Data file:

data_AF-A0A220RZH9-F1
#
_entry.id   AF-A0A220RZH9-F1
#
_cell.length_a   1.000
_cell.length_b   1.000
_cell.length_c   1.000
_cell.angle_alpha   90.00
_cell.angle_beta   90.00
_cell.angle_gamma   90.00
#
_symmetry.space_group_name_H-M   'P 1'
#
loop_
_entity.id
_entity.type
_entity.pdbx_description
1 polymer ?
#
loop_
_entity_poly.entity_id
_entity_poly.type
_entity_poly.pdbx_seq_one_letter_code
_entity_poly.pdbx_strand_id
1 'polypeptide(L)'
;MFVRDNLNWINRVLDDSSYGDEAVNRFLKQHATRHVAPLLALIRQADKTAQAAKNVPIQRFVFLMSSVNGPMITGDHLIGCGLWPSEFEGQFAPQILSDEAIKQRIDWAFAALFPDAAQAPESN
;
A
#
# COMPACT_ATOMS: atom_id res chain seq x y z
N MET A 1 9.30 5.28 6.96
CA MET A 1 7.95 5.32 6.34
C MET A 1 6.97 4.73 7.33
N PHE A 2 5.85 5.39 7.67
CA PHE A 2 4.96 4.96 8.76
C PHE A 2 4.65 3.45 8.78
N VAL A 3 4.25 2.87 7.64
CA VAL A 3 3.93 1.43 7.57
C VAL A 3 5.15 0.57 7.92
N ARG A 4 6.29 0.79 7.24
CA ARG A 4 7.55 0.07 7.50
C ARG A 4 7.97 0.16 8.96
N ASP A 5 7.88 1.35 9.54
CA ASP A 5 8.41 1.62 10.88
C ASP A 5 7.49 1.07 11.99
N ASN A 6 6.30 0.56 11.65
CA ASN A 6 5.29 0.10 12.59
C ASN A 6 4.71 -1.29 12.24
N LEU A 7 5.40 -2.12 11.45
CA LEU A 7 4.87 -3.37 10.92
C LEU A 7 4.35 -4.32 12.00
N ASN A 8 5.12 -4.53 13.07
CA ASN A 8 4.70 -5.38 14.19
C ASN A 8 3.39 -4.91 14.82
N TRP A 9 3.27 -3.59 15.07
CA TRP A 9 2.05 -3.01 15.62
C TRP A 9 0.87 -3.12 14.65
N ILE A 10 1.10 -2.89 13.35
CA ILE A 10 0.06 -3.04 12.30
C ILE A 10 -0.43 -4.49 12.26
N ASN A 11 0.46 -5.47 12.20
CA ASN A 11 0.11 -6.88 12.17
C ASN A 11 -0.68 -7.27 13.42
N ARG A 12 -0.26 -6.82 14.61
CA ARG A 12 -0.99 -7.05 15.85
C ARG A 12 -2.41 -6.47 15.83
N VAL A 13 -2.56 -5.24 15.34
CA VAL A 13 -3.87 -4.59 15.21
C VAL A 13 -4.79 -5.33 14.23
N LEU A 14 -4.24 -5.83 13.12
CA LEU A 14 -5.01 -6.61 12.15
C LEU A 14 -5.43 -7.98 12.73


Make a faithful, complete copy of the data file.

data_AF-A0A220RZH9-F1
#
_entry.id   AF-A0A220RZH9-F1
#
_cell.length_a   1.000
_cell.length_b   1.000
_cell.length_c   1.000
_cell.angle_alpha   90.00
_cell.angle_beta   90.00
_cell.angle_gamma   90.00
#
_symmetry.space_group_name_H-M   'P 1'
#
loop_
_entity.id
_entity.type
_entity.pdbx_description
1 polymer ?
#
loop_
_entity_poly.entity_id
_entity_poly.type
_entity_poly.pdbx_seq_one_letter_code
_entity_poly.pdbx_strand_id
1 'polypeptide(L)'
;MFVRDNLNWINRVLDDSSYGDEAVNRFLKQHATRHVAPLLALIRQADKTAQAAKNVPIQRFVFLMSSVNGPMITGDHLIGCGLWPSEFEGQFAPQILSDEAIKQRIDWAFAALFPDAAQAPESN
;
A
#
# COMPACT_ATOMS: atom_id res chain seq x y z
N MET A 1 9.30 5.28 6.96
CA MET A 1 7.95 5.32 6.34
C MET A 1 6.97 4.73 7.33
N PHE A 2 5.85 5.39 7.67
CA PHE A 2 4.96 4.96 8.76
C PHE A 2 4.65 3.45 8.78
N VAL A 3 4.25 2.87 7.64
CA VAL A 3 3.93 1.43 7.57
C VAL A 3 5.15 0.57 7.92
N ARG A 4 6.29 0.79 7.24
CA ARG A 4 7.55 0.07 7.50
C ARG A 4 7.97 0.16 8.96
N ASP A 5 7.88 1.35 9.54
CA ASP A 5 8.41 1.62 10.88
C ASP A 5 7.49 1.07 11.99
N ASN A 6 6.30 0.56 11.65
CA ASN A 6 5.29 0.10 12.59
C ASN A 6 4.71 -1.29 12.24
N LEU A 7 5.40 -2.12 11.45
CA LEU A 7 4.87 -3.37 10.92
C LEU A 7 4.35 -4.32 12.00
N ASN A 8 5.12 -4.53 13.07
CA ASN A 8 4.70 -5.38 14.19
C ASN A 8 3.39 -4.91 14.82
N TRP A 9 3.27 -3.59 15.07
CA TRP A 9 2.05 -3.01 15.62
C TRP A 9 0.87 -3.12 14.65
N ILE A 10 1.10 -2.89 13.35
CA ILE A 10 0.06 -3.04 12.30
C ILE A 10 -0.43 -4.49 12.26
N ASN A 11 0.46 -5.47 12.20
CA ASN A 11 0.11 -6.88 12.17
C ASN A 11 -0.68 -7.27 13.42
N ARG A 12 -0.26 -6.82 14.61
CA ARG A 12 -0.99 -7.05 15.85
C ARG A 12 -2.41 -6.47 15.83
N VAL A 13 -2.56 -5.24 15.34
CA VAL A 13 -3.87 -4.59 15.21
C VAL A 13 -4.79 -5.33 14.23
N LEU A 14 -4.24 -5.83 13.12
CA LEU A 14 -5.01 -6.61 12.15
C LEU A 14 -5.43 -7.98 12.73